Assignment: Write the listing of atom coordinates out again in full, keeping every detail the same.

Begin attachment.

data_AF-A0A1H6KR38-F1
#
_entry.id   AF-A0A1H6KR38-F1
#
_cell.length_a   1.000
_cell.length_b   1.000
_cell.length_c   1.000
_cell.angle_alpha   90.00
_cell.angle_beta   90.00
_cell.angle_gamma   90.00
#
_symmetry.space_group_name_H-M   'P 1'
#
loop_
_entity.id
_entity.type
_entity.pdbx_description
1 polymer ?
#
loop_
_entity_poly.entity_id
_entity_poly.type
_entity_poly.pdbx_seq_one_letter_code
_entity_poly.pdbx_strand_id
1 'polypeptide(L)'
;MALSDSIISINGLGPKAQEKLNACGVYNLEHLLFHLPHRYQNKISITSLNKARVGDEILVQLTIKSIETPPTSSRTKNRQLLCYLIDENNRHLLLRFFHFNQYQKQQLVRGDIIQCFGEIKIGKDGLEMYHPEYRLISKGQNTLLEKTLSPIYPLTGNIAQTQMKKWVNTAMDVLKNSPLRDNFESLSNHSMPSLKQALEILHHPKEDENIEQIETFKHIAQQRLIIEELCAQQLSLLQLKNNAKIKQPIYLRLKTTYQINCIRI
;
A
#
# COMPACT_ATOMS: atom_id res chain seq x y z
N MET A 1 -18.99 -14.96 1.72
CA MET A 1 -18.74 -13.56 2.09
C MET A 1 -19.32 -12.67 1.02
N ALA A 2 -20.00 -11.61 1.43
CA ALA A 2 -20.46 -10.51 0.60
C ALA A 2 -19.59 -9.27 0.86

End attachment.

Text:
data_AF-A0A1H6KR38-F1
#
_entry.id   AF-A0A1H6KR38-F1
#
_cell.length_a   1.000
_cell.length_b   1.000
_cell.length_c   1.000
_cell.angle_alpha   90.00
_cell.angle_beta   90.00
_cell.angle_gamma   90.00
#
_symmetry.space_group_name_H-M   'P 1'
#
loop_
_entity.id
_entity.type
_entity.pdbx_description
1 polymer ?
#
loop_
_entity_poly.entity_id
_entity_poly.type
_entity_poly.pdbx_seq_one_letter_code
_entity_poly.pdbx_strand_id
1 'polypeptide(L)'
;MALSDSIISINGLGPKAQEKLNACGVYNLEHLLFHLPHRYQNKISITSLNKARVGDEILVQLTIKSIETPPTSSRTKNRQLLCYLIDENNRHLLLRFFHFNQYQKQQLVRGDIIQCFGEIKIGKDGLEMYHPEYRLISKGQNTLLEKTLSPIYPLTGNIAQTQMKKWVNTAMDVLKNSPLRDNFESLSNHSMPSLKQALEILHHPKEDENIEQIETFKHIAQQRLIIEELCAQQLSLLQLKNNAKIKQPIYLRLKTTYQINCIRI
;
A
#
# COMPACT_ATOMS: atom_id res chain seq x y z
N MET A 1 -18.99 -14.96 1.72
CA MET A 1 -18.74 -13.56 2.09
C MET A 1 -19.32 -12.67 1.02
N ALA A 2 -20.00 -11.61 1.43
CA ALA A 2 -20.46 -10.51 0.60
C ALA A 2 -19.59 -9.27 0.86